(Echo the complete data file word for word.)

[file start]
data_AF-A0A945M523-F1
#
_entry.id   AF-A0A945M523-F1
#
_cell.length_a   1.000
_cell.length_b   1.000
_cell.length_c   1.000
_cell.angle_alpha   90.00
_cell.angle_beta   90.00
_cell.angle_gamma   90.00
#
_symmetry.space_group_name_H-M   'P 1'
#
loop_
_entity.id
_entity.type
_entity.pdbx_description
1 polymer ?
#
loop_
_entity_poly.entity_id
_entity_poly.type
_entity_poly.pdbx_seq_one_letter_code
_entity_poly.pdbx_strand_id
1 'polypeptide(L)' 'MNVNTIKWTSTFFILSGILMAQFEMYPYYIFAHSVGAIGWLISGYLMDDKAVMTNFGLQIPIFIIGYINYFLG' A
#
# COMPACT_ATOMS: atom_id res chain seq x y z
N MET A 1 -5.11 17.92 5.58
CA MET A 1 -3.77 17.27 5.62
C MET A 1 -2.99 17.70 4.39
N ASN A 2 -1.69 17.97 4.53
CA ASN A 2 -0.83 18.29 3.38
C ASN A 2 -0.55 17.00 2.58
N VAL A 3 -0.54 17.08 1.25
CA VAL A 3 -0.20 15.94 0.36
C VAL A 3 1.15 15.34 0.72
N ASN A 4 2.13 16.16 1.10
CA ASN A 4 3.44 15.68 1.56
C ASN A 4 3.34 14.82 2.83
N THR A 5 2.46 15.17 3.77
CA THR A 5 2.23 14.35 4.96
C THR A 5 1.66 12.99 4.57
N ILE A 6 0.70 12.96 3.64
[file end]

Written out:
data_AF-A0A945M523-F1
#
_entry.id   AF-A0A945M523-F1
#
_cell.length_a   1.000
_cell.length_b   1.000
_cell.length_c   1.000
_cell.angle_alpha   90.00
_cell.angle_beta   90.00
_cell.angle_gamma   90.00
#
_symmetry.space_group_name_H-M   'P 1'
#
loop_
_entity.id
_entity.type
_entity.pdbx_description
1 polymer ?
#
loop_
_entity_poly.entity_id
_entity_poly.type
_entity_poly.pdbx_seq_one_letter_code
_entity_poly.pdbx_strand_id
1 'polypeptide(L)' 'MNVNTIKWTSTFFILSGILMAQFEMYPYYIFAHSVGAIGWLISGYLMDDKAVMTNFGLQIPIFIIGYINYFLG' A
#
# COMPACT_ATOMS: atom_id res chain seq x y z
N MET A 1 -5.11 17.92 5.58
CA MET A 1 -3.77 17.27 5.62
C MET A 1 -2.99 17.70 4.39
N ASN A 2 -1.69 17.97 4.53
CA ASN A 2 -0.83 18.29 3.38
C ASN A 2 -0.55 17.00 2.58
N VAL A 3 -0.54 17.08 1.25
CA VAL A 3 -0.20 15.94 0.36
C VAL A 3 1.15 15.34 0.72
N ASN A 4 2.13 16.16 1.10
CA ASN A 4 3.44 15.68 1.56
C ASN A 4 3.34 14.82 2.83
N THR A 5 2.46 15.17 3.77
CA THR A 5 2.23 14.35 4.96
C THR A 5 1.66 12.99 4.57
N ILE A 6 0.70 12.96 3.64